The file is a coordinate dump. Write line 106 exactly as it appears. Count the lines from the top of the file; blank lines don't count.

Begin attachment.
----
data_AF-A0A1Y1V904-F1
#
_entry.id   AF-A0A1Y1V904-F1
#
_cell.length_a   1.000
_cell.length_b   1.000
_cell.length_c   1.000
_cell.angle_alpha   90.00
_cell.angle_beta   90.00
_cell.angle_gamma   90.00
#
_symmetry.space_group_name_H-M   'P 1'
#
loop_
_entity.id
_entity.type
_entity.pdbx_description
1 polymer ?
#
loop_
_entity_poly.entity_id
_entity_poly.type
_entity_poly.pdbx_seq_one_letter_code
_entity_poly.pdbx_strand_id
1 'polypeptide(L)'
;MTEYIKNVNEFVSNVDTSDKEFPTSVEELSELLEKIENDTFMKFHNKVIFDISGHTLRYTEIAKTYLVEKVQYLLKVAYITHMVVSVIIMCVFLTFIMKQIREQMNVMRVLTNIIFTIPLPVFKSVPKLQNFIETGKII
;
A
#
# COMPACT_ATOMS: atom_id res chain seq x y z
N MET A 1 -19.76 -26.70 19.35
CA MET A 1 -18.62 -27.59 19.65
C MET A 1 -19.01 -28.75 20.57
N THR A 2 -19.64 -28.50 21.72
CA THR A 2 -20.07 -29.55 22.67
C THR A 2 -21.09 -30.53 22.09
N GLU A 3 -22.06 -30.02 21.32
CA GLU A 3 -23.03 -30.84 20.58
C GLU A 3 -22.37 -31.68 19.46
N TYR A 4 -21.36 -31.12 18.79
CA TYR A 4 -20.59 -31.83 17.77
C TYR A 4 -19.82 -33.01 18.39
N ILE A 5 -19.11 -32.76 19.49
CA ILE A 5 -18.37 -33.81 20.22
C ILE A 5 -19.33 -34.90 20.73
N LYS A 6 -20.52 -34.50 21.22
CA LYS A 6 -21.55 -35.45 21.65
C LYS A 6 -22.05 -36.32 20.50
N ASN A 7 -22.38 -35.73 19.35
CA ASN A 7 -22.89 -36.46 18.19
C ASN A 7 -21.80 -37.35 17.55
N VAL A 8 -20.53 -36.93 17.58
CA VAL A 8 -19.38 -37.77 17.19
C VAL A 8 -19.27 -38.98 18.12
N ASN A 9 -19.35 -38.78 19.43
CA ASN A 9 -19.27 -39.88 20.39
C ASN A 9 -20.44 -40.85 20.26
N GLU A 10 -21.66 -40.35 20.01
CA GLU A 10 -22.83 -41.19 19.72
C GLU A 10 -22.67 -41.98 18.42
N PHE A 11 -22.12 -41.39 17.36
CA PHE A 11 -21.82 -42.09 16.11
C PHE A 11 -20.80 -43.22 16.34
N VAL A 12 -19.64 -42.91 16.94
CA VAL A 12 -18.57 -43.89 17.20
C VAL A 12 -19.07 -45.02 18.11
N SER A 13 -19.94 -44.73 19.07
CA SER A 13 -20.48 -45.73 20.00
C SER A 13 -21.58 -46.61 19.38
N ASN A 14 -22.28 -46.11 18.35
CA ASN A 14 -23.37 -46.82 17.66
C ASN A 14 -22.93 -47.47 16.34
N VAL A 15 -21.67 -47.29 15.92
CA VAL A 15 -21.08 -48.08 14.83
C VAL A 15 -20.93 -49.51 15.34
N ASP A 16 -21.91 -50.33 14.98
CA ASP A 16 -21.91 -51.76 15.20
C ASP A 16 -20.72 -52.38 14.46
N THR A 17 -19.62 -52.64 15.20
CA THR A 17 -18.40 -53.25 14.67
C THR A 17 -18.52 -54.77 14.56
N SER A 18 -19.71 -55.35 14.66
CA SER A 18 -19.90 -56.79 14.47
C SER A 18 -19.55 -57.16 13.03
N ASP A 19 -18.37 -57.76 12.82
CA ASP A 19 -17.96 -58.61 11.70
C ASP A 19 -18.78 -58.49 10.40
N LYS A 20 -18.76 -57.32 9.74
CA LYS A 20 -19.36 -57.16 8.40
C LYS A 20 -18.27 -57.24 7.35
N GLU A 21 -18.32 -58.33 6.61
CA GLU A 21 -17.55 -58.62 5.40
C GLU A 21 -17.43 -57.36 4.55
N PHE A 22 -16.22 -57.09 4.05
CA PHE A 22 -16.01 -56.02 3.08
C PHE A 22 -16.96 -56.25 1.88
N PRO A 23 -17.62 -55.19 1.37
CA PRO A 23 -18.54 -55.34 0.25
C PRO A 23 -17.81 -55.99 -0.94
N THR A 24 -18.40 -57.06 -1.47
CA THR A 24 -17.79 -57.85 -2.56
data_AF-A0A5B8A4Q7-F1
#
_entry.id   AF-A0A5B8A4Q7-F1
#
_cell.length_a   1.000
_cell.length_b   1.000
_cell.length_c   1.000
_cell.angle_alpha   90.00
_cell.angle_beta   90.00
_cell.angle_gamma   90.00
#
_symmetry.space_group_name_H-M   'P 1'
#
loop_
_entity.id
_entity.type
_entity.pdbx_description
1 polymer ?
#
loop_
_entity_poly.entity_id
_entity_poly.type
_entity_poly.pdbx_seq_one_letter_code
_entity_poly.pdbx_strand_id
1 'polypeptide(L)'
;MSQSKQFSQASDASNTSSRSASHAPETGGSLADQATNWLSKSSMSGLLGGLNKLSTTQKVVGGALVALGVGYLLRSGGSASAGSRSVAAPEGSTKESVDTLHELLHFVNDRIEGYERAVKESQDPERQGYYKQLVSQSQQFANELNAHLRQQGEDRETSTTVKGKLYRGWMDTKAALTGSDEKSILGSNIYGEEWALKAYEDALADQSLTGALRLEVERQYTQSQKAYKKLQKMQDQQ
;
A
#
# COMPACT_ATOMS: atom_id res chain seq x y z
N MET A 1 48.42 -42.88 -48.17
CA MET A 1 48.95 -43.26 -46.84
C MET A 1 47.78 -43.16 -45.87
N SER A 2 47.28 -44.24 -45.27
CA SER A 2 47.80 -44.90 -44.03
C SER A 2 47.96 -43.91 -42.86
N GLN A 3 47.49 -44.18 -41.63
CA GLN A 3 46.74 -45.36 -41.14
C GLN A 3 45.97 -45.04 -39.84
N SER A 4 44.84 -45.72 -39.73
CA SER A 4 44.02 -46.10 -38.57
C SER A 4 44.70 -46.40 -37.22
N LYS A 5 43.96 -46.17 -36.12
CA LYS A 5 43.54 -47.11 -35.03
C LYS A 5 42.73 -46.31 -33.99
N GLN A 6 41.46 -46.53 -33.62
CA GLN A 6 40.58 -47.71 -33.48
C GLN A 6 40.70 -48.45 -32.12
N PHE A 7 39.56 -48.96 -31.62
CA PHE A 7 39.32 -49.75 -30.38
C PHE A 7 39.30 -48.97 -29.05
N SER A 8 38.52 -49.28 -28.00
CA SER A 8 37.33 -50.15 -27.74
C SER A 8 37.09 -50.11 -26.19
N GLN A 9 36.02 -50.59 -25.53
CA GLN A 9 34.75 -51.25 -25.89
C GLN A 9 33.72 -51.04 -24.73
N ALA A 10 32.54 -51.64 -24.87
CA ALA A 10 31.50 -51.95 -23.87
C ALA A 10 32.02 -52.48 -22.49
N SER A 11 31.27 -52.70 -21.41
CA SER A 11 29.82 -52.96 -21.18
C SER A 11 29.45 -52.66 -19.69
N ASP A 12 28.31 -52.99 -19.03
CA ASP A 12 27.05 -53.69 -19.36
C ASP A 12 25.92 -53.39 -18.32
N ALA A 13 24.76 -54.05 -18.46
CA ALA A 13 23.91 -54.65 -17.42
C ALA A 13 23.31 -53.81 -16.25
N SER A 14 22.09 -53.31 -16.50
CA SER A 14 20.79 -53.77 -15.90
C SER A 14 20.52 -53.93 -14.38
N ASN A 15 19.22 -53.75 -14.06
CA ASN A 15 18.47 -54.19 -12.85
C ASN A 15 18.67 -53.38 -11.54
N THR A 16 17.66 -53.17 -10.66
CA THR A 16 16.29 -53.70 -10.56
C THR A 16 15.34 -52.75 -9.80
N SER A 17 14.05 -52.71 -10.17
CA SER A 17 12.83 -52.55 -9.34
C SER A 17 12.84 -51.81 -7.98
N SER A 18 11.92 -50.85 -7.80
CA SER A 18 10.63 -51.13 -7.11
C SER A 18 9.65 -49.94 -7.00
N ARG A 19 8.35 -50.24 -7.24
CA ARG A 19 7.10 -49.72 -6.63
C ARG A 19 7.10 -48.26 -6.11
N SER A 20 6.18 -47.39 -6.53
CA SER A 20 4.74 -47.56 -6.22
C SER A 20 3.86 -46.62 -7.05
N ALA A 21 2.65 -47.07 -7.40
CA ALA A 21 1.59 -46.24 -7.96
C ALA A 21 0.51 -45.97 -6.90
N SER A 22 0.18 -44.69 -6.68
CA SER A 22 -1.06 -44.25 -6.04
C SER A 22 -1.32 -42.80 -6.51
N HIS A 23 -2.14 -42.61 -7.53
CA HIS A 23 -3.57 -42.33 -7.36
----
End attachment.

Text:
_cell.length_a   1.000